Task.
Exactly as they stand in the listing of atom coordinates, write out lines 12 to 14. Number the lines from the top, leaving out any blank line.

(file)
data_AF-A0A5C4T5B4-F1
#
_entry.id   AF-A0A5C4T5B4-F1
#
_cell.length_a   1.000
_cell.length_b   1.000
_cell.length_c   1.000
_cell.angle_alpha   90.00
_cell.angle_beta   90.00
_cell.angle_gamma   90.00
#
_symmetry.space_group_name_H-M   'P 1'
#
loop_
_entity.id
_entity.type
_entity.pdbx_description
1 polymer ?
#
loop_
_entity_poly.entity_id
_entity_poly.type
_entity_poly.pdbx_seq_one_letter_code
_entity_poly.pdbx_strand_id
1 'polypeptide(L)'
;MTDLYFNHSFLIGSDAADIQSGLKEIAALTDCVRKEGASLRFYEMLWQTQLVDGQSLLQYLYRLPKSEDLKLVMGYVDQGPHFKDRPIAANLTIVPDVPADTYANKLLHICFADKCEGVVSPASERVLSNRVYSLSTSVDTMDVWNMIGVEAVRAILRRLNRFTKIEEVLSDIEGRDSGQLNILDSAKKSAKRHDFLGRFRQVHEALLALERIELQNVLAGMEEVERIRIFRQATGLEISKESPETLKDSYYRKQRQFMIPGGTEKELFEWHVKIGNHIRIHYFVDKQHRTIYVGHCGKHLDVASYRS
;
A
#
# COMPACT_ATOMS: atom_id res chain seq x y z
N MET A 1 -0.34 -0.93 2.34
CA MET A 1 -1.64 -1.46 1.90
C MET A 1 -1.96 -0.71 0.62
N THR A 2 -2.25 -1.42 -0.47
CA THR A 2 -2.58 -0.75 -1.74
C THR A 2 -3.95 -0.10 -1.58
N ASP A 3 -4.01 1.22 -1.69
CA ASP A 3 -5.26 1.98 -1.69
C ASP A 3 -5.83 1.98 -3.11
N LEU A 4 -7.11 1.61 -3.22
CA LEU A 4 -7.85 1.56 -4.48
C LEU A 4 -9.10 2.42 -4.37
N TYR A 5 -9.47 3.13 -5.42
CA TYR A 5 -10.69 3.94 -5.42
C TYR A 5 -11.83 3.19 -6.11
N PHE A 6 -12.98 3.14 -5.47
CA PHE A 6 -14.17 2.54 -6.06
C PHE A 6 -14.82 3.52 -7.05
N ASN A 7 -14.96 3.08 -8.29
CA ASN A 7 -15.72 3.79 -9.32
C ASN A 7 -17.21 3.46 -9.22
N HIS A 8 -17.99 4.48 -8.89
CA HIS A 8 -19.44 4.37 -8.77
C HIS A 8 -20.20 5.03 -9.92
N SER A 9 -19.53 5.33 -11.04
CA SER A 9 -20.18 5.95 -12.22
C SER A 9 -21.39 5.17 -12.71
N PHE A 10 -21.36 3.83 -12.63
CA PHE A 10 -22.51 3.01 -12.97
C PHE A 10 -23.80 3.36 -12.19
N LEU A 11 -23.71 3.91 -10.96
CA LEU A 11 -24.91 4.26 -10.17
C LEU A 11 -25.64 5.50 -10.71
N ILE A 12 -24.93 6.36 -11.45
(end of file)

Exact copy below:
_symmetry.space_group_name_H-M   'P 1'
#
loop_